Environment

Environment

An aerial view of clear-cuts near the south fork of Gordon Creek, one of two water sources for Corbett, Oregon. CREDIT: Google Earth

Timber Tax Cuts Cost Rural Northwest Towns Billions. Polluted Water Drove Up The Price

In rainy Oregon, communities tap a network of streams and creeks to supply millions of residents with cold, clean water. The problem is that the land surrounding drinking water streams is, in many cases, owned not by the towns or the residents who drink the water, but by private timber companies that are now logging more intensively than ever, cutting trees on a more rapid cycle and spraying herbicides to kill other plants that compete with replanted seedlings for sunlight. Continue Reading Timber Tax Cuts Cost Rural Northwest Towns Billions. Polluted Water Drove Up The Price

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A polar bear with cubs in Alaska's Arctic National Wildlife Refuge in 2014. Barcroft Media/Barcroft Media via Getty Images

After Decades-Long Push, It’s Not Clear Who Will Bid In Arctic Refuge Oil Lease Sale

Just two weeks before President-elect Joe Biden takes office, the Trump administration is trying to lock-in oil and gas drilling in Alaska’s Arctic National Wildlife Refuge with a hastily scheduled and controversial lease sale. But despite the high stakes, uncertainty looms over how much oil is actually trapped under the million acres of tundra up for leasing, and how much industry interest there is to go find it. Continue Reading After Decades-Long Push, It’s Not Clear Who Will Bid In Arctic Refuge Oil Lease Sale

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Oregon State University researcher Chris Dunn next to a Douglas fir, which burned in Oregon’s September 2020 fires and was later cut down by fire crews who considered it a safety hazard. CREDIT: Jes Burns/OPB

Despite What The Logging Industry Says, Cutting Down Trees Isn’t Stopping Catastrophic Wildfires

In the decades since government restrictions reduced logging on federal lands, the timber industry has promoted the idea that private lands are less prone to wildfires, saying that forests thick with trees fuel bigger, more destructive blazes. But an analysis by OPB and ProPublica shows last month’s fires burned as intensely on private forests with large-scale logging operations as they did, on average, on federal lands that cut fewer trees. Continue Reading Despite What The Logging Industry Says, Cutting Down Trees Isn’t Stopping Catastrophic Wildfires

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The Plutonium Finishing Plant at the Hanford Site in southeastern Washington. The site includes 56 million gallons of radioactive waster across 580 square miles.

Aging Tanks, Aging Watchdogs: Lots To Work On For Washington’s New Waste Program Manager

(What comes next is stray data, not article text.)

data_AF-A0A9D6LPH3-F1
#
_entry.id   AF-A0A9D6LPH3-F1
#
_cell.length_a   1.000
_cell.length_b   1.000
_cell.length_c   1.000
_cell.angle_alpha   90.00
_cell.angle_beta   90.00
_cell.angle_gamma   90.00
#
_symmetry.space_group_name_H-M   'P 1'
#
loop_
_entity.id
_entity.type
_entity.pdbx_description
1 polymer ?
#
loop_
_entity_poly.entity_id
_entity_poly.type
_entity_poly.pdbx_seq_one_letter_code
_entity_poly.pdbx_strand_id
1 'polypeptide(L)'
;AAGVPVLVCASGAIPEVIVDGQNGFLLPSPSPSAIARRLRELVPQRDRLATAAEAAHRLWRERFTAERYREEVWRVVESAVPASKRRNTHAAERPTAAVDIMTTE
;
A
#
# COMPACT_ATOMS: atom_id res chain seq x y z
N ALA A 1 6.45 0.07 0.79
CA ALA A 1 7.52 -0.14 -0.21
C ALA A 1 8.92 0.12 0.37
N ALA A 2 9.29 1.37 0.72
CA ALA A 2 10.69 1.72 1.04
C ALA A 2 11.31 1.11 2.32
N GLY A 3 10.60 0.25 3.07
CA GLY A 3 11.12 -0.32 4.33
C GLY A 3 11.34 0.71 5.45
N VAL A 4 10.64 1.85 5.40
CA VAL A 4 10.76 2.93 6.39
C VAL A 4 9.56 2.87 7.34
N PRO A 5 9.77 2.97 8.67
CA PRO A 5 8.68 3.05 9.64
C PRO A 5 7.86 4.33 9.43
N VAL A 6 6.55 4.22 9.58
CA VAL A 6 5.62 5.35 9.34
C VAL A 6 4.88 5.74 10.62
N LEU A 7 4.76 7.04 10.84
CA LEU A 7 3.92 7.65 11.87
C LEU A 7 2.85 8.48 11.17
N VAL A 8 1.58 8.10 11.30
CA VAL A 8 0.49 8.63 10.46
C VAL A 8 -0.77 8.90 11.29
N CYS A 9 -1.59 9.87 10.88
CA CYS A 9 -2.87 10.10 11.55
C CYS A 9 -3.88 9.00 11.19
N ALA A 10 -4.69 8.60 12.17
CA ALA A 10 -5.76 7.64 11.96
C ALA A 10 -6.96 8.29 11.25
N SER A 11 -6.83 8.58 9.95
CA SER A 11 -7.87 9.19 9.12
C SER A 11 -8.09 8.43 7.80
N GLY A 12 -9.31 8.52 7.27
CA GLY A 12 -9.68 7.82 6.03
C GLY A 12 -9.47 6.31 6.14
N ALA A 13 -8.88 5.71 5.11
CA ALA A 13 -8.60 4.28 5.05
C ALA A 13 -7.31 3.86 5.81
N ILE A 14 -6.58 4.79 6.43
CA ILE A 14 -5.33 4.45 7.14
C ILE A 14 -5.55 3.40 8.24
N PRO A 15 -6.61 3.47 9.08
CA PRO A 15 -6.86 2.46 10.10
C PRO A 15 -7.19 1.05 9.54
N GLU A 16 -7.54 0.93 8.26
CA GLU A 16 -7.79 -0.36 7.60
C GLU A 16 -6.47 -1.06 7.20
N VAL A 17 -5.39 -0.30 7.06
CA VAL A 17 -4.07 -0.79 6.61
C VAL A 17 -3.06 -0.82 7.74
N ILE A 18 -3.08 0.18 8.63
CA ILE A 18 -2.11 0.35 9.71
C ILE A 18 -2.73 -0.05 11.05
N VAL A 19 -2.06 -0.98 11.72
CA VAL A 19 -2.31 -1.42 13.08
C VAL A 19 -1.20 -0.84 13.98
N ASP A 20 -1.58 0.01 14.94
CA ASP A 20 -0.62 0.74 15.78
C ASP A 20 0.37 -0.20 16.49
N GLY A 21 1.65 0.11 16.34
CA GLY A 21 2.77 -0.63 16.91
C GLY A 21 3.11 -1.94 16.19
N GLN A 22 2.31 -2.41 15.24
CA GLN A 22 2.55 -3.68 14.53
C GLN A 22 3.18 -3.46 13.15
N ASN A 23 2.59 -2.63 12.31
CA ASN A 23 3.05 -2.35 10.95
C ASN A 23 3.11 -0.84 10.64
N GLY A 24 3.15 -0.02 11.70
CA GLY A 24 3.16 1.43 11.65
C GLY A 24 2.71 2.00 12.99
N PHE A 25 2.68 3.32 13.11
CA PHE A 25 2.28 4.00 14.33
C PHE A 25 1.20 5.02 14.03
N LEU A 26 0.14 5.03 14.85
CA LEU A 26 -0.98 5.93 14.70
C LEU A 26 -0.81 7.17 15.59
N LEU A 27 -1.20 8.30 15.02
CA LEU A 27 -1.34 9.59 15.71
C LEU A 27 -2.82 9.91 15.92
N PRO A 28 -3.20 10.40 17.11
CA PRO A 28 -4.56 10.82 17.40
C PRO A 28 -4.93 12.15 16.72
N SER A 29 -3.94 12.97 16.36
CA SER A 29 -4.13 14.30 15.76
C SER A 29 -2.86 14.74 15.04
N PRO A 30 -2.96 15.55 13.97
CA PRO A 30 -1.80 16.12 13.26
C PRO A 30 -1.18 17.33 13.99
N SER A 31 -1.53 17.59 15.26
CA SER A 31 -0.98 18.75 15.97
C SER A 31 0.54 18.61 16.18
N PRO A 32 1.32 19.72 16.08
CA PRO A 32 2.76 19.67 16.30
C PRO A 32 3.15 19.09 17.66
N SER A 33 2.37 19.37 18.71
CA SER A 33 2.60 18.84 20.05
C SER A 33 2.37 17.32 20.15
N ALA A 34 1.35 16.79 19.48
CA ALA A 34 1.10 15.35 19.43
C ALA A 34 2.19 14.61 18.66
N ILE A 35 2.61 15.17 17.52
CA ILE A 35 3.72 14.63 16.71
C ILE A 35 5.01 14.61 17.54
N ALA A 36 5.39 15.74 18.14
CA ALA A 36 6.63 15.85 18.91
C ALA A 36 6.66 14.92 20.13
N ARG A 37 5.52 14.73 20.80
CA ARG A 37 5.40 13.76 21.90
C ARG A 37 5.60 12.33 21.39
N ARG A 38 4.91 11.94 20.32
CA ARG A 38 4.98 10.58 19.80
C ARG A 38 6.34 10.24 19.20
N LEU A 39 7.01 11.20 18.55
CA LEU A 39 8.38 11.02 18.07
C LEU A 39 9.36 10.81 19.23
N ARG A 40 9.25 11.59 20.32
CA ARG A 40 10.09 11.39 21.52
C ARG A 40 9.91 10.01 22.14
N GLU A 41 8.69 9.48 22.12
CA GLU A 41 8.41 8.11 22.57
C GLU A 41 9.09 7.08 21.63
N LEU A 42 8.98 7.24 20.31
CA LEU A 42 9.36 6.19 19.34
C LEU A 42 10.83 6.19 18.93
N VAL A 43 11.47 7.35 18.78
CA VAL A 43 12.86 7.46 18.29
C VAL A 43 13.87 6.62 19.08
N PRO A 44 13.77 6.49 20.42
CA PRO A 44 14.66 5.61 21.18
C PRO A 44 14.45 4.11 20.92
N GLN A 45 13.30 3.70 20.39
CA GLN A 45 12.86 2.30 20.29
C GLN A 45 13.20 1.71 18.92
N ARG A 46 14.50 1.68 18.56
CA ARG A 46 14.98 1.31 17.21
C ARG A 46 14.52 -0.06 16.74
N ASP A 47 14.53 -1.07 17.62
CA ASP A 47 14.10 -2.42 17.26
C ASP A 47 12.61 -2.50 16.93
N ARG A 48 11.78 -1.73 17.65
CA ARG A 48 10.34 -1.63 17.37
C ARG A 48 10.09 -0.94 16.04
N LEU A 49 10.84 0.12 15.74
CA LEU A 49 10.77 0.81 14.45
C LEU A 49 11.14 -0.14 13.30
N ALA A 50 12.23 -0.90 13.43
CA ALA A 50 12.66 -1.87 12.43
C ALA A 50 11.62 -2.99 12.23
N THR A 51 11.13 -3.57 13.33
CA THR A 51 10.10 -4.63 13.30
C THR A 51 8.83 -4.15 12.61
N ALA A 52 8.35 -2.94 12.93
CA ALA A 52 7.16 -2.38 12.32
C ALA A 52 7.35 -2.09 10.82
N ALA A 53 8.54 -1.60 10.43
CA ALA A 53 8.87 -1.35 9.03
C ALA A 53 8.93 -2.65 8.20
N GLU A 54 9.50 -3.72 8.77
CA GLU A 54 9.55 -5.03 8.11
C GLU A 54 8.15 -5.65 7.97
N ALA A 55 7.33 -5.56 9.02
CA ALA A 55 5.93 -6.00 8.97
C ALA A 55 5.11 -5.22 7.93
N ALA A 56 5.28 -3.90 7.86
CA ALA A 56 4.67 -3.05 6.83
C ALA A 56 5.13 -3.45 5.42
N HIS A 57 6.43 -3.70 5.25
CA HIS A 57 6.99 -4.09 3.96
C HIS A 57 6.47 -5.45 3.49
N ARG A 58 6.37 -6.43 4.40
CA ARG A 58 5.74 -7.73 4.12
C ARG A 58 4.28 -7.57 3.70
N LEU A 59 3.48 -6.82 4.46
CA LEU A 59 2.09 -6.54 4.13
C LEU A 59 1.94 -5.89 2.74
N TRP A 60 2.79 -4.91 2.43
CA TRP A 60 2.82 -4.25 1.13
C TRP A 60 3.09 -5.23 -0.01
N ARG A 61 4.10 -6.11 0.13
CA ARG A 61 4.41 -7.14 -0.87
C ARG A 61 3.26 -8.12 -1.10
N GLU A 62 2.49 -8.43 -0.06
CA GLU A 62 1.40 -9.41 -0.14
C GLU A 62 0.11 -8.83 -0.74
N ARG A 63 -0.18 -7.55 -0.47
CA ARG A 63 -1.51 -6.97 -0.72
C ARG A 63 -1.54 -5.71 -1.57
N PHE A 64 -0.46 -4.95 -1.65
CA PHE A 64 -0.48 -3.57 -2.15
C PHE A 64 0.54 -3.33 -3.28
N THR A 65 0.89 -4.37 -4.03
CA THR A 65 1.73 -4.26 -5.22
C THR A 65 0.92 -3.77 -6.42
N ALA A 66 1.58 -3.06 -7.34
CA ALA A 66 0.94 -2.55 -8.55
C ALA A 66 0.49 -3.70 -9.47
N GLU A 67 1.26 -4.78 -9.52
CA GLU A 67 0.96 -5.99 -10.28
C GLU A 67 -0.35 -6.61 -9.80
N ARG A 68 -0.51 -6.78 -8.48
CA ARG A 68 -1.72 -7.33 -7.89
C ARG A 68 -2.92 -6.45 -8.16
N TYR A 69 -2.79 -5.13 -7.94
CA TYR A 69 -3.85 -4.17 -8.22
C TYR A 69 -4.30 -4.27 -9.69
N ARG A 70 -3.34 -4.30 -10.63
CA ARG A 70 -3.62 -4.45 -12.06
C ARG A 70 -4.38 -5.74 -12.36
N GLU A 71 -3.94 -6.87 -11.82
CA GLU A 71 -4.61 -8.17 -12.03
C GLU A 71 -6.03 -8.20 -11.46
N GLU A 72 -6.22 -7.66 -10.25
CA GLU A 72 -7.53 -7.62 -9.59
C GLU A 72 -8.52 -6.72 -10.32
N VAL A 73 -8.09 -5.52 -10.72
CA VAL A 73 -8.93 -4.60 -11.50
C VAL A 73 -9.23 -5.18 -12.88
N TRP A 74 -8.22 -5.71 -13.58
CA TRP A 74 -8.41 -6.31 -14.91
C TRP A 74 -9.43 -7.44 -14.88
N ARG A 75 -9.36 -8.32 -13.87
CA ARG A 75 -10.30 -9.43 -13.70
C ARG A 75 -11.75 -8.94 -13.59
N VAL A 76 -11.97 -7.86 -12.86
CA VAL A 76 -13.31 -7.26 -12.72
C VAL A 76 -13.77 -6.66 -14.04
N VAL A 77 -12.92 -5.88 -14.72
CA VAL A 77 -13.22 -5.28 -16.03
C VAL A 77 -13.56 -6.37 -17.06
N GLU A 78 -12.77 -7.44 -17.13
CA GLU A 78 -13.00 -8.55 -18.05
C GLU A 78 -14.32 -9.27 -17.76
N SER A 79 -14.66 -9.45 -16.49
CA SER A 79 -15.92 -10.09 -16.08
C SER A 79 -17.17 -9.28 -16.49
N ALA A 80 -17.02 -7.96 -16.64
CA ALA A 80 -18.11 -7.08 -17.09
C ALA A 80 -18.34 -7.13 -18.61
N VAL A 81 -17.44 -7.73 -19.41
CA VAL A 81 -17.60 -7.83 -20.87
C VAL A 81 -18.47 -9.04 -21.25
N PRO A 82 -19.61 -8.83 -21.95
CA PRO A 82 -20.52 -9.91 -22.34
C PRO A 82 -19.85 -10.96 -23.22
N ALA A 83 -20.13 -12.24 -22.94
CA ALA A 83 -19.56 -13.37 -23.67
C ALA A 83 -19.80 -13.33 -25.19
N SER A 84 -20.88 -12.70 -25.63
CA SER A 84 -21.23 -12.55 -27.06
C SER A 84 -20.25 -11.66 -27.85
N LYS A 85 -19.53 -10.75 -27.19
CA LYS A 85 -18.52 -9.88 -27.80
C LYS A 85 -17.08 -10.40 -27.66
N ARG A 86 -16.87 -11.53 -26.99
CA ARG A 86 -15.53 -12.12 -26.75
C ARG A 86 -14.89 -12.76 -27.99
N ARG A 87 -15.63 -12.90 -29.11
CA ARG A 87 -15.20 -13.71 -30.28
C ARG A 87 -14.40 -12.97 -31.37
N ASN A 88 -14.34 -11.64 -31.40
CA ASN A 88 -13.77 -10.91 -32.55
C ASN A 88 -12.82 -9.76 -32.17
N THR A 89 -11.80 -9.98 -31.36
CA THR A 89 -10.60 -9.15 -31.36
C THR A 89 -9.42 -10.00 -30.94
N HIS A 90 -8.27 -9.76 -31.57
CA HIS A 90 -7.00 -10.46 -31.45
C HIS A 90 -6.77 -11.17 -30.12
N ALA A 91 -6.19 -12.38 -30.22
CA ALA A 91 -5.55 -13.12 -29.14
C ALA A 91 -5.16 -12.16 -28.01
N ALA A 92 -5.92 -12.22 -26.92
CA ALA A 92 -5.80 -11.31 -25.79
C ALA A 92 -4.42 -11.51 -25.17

David Bowen has owned his own bar in Cle Elum, been a Kittitas County commissioner and managed groundwater nitrate cleanup in the Yakima Valley. Now, he’ll hold the U.S. Department of Energy accountable for its cleanup at the site using the Tri-Party Agreement. That’s a 1989 document struck between Ecology, the federal Department of Energy and the U.S. Environmental Protection Agency. Continue Reading Aging Tanks, Aging Watchdogs: Lots To Work On For Washington’s New Waste Program Manager

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Eightmile Dam, shown here in May 2018, was in need of emergency repairs at the time. Now a plan - and the environmental review - for a permanent fix is underway, with public comments due in February 2021. Courtesy of WA Dept. of Ecology

Don’t ‘Lose Yourself’ Or Miss Your ‘One Shot’ To Comment On Review Of Washington’s Eightmile Dam

Fans of rapper Eminem, whose movie “8 Mile” featured his hit song “Lose Yourself” might note, as the song’s lyrics do, “You only get one shot, do not miss your chance to blow. This opportunity comes once in a lifetime.” Now, the public has an opportunity to comment on the environmental review of the aging Eightmile Dam in central Washington’s Alpine Lakes Wilderness. Continue Reading Don’t ‘Lose Yourself’ Or Miss Your ‘One Shot’ To Comment On Review Of Washington’s Eightmile Dam

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Orchards are shown in the foreground of the Wenatchee Valley on Monday, November 19, 2018, in Wenatchee. KUOW Photo/Megan Farmer CREDIT: KUOW PHOTO/MEGAN FARMER

Contaminated Former Orchards In Central Washington One Step Closer To Being Safer

Homes, schools, parks and daycares on Central Washington’s former orchards could soon be one step closer to sitting atop less contaminated ground. A workgroup is finalizing a report to help spread the word about pesticide contamination from more than a century ago – and to give advice on how to help clean it up. Continue Reading Contaminated Former Orchards In Central Washington One Step Closer To Being Safer

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